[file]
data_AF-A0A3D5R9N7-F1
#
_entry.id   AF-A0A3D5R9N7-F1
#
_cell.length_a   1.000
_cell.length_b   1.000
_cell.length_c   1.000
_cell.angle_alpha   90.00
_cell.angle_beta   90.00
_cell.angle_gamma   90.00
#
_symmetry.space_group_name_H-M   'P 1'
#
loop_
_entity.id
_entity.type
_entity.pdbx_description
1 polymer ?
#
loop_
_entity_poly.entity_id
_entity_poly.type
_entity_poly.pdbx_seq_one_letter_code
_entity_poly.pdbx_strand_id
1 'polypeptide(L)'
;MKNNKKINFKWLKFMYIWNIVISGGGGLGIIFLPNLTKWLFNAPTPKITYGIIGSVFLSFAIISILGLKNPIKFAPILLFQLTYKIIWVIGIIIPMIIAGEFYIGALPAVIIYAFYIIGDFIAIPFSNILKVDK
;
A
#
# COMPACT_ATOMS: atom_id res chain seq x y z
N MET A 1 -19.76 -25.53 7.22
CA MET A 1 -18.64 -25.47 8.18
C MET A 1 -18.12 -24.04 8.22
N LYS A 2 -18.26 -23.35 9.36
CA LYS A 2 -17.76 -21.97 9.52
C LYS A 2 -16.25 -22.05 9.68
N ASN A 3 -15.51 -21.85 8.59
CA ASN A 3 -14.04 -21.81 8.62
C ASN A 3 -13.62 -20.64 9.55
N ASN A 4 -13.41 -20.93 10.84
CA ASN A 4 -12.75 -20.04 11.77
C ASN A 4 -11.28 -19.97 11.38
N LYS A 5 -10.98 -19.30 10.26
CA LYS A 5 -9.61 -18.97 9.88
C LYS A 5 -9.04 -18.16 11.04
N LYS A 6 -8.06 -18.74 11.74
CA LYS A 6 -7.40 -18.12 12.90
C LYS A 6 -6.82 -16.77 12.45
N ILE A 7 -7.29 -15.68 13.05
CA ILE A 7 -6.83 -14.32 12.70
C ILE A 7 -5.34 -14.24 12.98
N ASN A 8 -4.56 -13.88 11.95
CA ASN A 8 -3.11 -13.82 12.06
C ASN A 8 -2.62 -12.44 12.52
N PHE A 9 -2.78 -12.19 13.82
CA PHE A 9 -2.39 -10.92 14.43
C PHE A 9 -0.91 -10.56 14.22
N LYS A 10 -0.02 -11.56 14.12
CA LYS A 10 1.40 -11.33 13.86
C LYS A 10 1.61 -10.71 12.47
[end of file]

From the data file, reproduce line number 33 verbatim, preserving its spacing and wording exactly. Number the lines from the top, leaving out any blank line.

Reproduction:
C MET A 1 -18.12 -24.04 8.22